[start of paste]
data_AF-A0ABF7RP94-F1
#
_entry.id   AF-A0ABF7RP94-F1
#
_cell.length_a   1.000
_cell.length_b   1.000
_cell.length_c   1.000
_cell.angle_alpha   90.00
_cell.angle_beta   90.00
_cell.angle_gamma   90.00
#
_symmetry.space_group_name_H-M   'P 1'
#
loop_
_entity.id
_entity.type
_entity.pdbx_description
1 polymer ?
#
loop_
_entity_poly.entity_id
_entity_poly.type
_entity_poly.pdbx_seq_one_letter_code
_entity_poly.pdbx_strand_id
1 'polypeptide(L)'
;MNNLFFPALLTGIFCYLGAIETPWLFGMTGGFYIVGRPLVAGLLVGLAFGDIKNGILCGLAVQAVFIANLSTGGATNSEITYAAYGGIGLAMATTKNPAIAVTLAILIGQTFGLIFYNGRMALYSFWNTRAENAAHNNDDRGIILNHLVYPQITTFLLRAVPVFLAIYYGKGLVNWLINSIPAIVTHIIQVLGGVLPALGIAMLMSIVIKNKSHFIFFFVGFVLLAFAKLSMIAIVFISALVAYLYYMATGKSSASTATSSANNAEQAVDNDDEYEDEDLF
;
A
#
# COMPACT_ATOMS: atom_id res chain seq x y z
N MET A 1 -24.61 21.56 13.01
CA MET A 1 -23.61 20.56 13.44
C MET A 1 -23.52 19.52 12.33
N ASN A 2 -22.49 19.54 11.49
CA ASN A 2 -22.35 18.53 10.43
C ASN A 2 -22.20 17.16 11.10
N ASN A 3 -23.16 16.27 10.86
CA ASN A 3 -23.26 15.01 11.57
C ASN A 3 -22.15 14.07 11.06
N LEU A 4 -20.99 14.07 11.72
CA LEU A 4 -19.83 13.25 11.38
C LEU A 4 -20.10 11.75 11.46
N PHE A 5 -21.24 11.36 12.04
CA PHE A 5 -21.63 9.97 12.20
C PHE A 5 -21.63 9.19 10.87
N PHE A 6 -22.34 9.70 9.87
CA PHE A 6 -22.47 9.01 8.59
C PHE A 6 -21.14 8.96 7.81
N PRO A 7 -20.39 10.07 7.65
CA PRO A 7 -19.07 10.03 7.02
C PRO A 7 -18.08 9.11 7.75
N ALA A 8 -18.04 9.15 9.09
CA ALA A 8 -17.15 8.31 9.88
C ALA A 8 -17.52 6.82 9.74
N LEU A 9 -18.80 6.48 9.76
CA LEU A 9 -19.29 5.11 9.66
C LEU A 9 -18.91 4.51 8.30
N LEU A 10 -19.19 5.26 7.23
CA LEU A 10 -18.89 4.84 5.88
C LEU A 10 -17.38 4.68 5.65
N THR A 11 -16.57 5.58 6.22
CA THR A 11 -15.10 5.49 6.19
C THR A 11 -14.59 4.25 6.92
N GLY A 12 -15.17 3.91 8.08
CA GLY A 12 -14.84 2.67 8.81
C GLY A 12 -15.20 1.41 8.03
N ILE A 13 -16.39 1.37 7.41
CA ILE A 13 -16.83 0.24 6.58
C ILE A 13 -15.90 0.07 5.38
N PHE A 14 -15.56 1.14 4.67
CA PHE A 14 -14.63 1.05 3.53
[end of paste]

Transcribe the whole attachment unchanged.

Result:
data_AF-A0ABF7RP94-F1
#
_entry.id   AF-A0ABF7RP94-F1
#
_cell.length_a   1.000
_cell.length_b   1.000
_cell.length_c   1.000
_cell.angle_alpha   90.00
_cell.angle_beta   90.00
_cell.angle_gamma   90.00
#
_symmetry.space_group_name_H-M   'P 1'
#
loop_
_entity.id
_entity.type
_entity.pdbx_description
1 polymer ?
#
loop_
_entity_poly.entity_id
_entity_poly.type
_entity_poly.pdbx_seq_one_letter_code
_entity_poly.pdbx_strand_id
1 'polypeptide(L)'
;MNNLFFPALLTGIFCYLGAIETPWLFGMTGGFYIVGRPLVAGLLVGLAFGDIKNGILCGLAVQAVFIANLSTGGATNSEITYAAYGGIGLAMATTKNPAIAVTLAILIGQTFGLIFYNGRMALYSFWNTRAENAAHNNDDRGIILNHLVYPQITTFLLRAVPVFLAIYYGKGLVNWLINSIPAIVTHIIQVLGGVLPALGIAMLMSIVIKNKSHFIFFFVGFVLLAFAKLSMIAIVFISALVAYLYYMATGKSSASTATSSANNAEQAVDNDDEYEDEDLF
;
A
#
# COMPACT_ATOMS: atom_id res chain seq x y z
N MET A 1 -24.61 21.56 13.01
CA MET A 1 -23.61 20.56 13.44
C MET A 1 -23.52 19.52 12.33
N ASN A 2 -22.49 19.54 11.49
CA ASN A 2 -22.35 18.53 10.43
C ASN A 2 -22.20 17.16 11.10
N ASN A 3 -23.16 16.27 10.86
CA ASN A 3 -23.26 15.01 11.57
C ASN A 3 -22.15 14.07 11.06
N LEU A 4 -20.99 14.07 11.72
CA LEU A 4 -19.83 13.25 11.38
C LEU A 4 -20.10 11.75 11.46
N PHE A 5 -21.24 11.36 12.04
CA PHE A 5 -21.63 9.97 12.20
C PHE A 5 -21.63 9.19 10.87
N PHE A 6 -22.34 9.70 9.87
CA PHE A 6 -22.47 9.01 8.59
C PHE A 6 -21.14 8.96 7.81
N PRO A 7 -20.39 10.07 7.65
CA PRO A 7 -19.07 10.03 7.02
C PRO A 7 -18.08 9.11 7.75
N ALA A 8 -18.04 9.15 9.09
CA ALA A 8 -17.15 8.31 9.88
C ALA A 8 -17.52 6.82 9.74
N LEU A 9 -18.80 6.48 9.76
CA LEU A 9 -19.29 5.11 9.66
C LEU A 9 -18.91 4.51 8.30
N LEU A 10 -19.19 5.26 7.23
CA LEU A 10 -18.89 4.84 5.88
C LEU A 10 -17.38 4.68 5.65
N THR A 11 -16.57 5.58 6.22
CA THR A 11 -15.10 5.49 6.19
C THR A 11 -14.59 4.25 6.92
N GLY A 12 -15.17 3.91 8.08
CA GLY A 12 -14.84 2.67 8.81
C GLY A 12 -15.20 1.41 8.03
N ILE A 13 -16.39 1.37 7.41
CA ILE A 13 -16.83 0.24 6.58
C ILE A 13 -15.90 0.07 5.38
N PHE A 14 -15.56 1.14 4.67
CA PHE A 14 -14.63 1.05 3.53